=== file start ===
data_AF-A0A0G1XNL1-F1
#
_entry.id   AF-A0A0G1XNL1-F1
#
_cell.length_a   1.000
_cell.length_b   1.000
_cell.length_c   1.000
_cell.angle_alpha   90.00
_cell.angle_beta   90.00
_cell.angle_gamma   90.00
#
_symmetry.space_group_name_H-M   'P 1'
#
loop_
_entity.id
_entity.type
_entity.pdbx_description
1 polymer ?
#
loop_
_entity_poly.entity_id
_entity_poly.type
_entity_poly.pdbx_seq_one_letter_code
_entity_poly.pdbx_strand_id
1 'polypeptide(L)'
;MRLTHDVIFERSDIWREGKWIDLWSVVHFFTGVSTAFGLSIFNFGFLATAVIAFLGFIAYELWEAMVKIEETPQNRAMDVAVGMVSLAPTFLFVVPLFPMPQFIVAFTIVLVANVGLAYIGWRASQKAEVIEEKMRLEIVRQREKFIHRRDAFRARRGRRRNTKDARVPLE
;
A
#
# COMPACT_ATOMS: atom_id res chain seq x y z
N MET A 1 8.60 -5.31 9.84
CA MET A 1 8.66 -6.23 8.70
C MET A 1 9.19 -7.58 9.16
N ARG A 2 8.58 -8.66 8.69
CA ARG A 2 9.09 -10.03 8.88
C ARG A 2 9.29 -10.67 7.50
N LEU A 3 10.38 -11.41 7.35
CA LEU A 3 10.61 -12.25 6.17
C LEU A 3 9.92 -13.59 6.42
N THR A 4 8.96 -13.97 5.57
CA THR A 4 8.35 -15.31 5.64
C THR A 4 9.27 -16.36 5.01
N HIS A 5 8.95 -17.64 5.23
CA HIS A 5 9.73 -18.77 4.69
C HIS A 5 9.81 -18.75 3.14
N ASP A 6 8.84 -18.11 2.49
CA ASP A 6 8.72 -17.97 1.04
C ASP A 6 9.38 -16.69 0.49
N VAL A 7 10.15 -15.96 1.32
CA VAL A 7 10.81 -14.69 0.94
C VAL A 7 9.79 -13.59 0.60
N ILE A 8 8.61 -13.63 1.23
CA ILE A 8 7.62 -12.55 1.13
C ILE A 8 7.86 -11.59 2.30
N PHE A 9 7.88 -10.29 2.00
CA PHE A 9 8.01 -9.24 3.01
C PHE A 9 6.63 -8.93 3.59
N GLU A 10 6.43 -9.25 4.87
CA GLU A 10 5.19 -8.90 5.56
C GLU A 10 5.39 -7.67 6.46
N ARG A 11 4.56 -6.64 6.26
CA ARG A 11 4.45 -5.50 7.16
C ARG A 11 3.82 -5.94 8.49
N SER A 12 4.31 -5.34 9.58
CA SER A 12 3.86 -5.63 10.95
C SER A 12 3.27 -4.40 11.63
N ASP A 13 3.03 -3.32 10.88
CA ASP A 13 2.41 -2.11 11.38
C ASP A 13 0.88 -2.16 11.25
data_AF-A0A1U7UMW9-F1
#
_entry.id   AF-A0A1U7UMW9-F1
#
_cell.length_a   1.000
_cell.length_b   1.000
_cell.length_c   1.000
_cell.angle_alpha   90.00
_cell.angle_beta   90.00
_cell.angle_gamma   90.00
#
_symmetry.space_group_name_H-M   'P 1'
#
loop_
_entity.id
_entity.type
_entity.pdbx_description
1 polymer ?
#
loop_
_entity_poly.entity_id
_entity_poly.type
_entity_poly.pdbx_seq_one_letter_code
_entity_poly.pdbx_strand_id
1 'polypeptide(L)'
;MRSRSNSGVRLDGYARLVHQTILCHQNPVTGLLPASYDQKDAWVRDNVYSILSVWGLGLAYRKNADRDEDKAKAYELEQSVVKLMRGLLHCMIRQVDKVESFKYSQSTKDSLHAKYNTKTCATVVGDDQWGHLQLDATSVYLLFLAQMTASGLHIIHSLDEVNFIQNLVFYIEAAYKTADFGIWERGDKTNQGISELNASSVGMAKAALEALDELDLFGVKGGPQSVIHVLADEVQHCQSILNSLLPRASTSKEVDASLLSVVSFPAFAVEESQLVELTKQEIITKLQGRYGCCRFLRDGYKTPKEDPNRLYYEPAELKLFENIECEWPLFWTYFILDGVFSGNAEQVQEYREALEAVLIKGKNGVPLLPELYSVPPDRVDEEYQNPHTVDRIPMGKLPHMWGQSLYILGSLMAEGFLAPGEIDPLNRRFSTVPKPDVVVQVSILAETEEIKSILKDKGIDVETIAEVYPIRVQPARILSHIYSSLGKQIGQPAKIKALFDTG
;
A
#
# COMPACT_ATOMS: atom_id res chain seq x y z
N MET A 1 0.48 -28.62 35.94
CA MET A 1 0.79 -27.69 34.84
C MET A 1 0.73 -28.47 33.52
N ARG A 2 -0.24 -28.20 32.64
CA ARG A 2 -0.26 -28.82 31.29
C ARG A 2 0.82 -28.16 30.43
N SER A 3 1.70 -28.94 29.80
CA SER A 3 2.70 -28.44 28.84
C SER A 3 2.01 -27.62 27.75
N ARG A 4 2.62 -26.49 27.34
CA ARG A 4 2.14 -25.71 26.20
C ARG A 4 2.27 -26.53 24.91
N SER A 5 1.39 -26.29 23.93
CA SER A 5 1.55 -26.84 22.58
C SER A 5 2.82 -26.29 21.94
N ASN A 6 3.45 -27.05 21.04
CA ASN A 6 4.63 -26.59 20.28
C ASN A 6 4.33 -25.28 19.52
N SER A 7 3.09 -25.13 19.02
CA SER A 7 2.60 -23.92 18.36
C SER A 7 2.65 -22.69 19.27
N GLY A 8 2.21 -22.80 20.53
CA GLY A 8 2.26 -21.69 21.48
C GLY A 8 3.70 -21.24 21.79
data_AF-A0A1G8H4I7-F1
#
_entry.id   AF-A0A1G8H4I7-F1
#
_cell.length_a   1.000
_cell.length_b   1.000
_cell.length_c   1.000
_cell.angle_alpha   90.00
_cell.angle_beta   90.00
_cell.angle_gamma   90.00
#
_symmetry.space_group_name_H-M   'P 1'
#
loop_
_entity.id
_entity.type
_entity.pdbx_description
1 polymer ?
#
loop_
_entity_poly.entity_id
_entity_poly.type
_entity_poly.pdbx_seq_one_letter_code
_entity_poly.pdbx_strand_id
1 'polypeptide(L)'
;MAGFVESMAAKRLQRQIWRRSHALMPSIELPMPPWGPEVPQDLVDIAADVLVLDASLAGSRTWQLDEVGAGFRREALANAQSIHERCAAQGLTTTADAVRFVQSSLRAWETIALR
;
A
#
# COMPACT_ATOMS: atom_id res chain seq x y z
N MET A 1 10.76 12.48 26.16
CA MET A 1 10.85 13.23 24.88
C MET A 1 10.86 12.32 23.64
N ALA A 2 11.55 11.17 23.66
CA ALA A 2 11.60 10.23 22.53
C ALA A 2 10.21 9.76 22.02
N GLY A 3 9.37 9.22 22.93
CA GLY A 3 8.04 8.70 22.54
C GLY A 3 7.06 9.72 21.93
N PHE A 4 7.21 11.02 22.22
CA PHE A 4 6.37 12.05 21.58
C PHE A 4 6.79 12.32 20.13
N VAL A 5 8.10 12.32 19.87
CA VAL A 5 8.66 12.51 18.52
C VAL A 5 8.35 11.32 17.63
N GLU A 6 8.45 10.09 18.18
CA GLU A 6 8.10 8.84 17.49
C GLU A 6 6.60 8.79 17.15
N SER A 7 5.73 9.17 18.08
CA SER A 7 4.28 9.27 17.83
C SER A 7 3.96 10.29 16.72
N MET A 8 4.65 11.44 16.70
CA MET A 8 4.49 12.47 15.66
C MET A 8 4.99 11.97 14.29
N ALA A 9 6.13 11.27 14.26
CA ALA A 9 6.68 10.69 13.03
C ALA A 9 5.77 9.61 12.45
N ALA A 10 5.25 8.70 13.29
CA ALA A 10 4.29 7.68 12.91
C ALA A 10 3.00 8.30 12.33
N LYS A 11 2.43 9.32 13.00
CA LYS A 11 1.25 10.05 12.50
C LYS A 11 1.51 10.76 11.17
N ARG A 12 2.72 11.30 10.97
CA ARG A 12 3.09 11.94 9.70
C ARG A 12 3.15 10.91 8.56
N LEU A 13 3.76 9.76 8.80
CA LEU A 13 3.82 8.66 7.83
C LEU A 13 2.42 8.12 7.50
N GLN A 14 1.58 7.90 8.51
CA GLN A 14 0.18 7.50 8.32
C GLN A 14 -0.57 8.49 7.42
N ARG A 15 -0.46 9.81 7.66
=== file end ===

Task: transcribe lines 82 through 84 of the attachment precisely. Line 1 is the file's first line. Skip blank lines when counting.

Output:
#
loop_
_entity.id